The Week In Review-The Weekend Ahead

Blooming Grove Town Hall Renovations Go Into Full Swing/Govt Furloughed Employees Get 60-Day Tax Extension

Blooming Grove Town Hall Renovations Go Into Full Swing
Government Employees That Were Furloughed Given 60-Day Property Tax Extension

By Edie Johnson

Blooming Grove officials met in a work session this week, with the main topic being to delve directly into the plans for Phase I of a master rebuild for the Town Hall.  Currently not acceptable to requirements for holding court sessions, there are some basic and significant changes that must be made.  Of the easier items, folding chairs are not permitted in a courtroom.  They will have to be replaced with fixed benches.  Secondly, the entrance of prisoners must be kept separate from the building’s regular business.  That means, for one thing, putting an entire new wall around the main meeting room so that prisoners can enter,  and walk down the corridor to a secure room without seeing or having any opportunity to interact with other people, office workers, officials, or the judge. There will be added security at the front entrance as well, possibly security wands since they are  believed to be both effective and lower in cost than other alternatives.

The first effect from this separation will be that the Men’s Lavatory will have to be removed, and the Women’s Lavatory will become Unisex and Handicap Accessible, with a latch and tag on the door.  Currently anyone in a wheelchair has to be escorted via elevated to the lower floor. While council members were pretty much unilaterally not happy with this necessity,  the situation is such that as Supervisor Rob Jeroloman said “There is simply no extra real estate in this building”.  They had even hoped that an HVAC system downstairs that will be removed could open up a small amount of new space.  However, as hard as they looked, the town’s engineers said that even that space will need to be used for new equipment.

The HVAC system, in fact, is the other big issue of the Phase 1 makeover.  With warnings that “It’s not if it will entirely break down, but when”, there will need to be an entire new heating ventilating and air conditioning system, and with new walls going up it will be a challenge to accomplish the timing such that those who work in and visit town hall will not be subjected to excessive cold  with installation not being completed at least until Spring, or excessive heat if it is not done by July or August.  This brings an urgency to finishing the plans and having them go out for bid soon. Meanwhile, the heat is being turned way down by mid-afternoon so that the struggling equipment  is not stressed 24 hours/day and will hopefully not break down entirely. There will be plans for temporary cooling if the new system is not  functional  in time for any hot weather.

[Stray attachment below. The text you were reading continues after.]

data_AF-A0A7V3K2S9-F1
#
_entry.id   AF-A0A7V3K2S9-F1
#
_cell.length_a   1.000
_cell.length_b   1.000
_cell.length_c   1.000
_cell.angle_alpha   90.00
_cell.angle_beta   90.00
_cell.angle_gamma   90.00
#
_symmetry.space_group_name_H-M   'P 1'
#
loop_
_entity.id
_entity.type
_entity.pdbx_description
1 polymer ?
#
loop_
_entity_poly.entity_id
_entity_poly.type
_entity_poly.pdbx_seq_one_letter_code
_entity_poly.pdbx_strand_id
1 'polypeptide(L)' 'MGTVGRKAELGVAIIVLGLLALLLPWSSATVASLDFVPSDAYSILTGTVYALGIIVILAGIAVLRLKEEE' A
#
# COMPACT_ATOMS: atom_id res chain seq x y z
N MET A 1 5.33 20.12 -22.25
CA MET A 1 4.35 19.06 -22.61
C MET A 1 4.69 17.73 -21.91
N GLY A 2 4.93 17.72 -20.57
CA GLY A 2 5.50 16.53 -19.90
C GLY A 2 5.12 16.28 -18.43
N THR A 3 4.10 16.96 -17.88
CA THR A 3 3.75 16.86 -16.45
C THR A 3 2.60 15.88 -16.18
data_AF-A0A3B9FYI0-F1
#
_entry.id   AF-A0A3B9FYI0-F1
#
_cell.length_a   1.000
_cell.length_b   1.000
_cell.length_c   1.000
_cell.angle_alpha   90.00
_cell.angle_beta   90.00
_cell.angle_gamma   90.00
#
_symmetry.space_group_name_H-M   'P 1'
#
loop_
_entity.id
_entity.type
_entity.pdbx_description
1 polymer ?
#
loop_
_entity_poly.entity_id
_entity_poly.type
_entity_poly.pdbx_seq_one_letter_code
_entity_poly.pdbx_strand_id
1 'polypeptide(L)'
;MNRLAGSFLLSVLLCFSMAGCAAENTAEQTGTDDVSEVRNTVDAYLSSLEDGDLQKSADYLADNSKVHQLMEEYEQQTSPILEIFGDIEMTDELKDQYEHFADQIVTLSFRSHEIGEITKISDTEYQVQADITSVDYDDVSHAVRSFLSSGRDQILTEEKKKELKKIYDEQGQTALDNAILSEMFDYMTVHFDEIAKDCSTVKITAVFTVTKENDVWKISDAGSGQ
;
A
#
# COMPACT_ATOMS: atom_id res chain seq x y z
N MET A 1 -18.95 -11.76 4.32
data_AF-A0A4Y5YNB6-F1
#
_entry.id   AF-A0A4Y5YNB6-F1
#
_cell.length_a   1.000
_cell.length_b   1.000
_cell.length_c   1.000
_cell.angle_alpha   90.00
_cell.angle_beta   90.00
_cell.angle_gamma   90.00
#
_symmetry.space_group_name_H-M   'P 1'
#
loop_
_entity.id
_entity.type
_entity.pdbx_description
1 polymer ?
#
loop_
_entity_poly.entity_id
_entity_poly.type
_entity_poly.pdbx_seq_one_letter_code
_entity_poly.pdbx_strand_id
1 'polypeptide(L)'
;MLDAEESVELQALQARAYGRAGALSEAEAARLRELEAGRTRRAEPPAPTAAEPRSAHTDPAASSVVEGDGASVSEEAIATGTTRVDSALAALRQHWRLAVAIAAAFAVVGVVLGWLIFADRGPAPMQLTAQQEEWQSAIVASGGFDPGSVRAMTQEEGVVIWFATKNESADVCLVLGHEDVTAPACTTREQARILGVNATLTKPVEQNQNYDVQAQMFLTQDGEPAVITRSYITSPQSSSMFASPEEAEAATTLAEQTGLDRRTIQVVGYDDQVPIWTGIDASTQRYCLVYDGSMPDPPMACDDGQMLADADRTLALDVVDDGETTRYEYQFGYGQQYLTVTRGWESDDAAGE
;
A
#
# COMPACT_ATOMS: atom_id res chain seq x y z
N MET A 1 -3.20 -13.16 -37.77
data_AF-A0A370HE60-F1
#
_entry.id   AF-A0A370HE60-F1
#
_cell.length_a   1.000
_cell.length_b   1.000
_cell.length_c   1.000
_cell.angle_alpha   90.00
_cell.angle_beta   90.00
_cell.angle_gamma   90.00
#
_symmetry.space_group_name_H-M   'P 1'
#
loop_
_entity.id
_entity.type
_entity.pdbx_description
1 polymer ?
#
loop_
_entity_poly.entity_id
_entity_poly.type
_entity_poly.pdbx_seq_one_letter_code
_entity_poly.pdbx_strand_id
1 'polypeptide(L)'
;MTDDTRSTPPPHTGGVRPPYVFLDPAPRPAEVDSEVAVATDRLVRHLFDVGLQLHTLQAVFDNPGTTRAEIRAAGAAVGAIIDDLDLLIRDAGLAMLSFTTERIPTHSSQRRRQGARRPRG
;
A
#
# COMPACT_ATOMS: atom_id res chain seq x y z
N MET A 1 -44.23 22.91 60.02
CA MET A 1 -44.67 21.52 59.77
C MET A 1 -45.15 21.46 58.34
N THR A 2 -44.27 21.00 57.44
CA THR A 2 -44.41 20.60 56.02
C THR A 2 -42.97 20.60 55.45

Much of the work that will happen during Phase I will be done “In House”.  This will save a great deal of money, and engineer Lyle Shute said he believes that the bathroom renovations will be the most costly aspect, though some of that work as well will be able to be done “In House”.  But, Shute added “Make no mistake, the renovation will be disruptive.”  The main registers for heating and air conditioning will also have to be replaced, thus requiring some areas of wall to be torn apart..  Because it’s a Level 2 alteration, and does not involve any load-bearing walls, there will  only be a basic Building Permit required,. The hope is that  the engineering designs will be ready to go out by March.

On the far horizon there will also be a Phase 2 Renovation, to add more space to the place that “currently has no real estate” that can be used for adding space, particularly for storage needs.


After some discussion, the board decided that as some other towns have done, they will offer a sixty- (60)-day extension of paying property taxes to any government workers that were put on furlough last month.  There will be no added fees or fines.  Anyone applying for such an extension just has to prove they are a valid government employee, and that they were furloughed.


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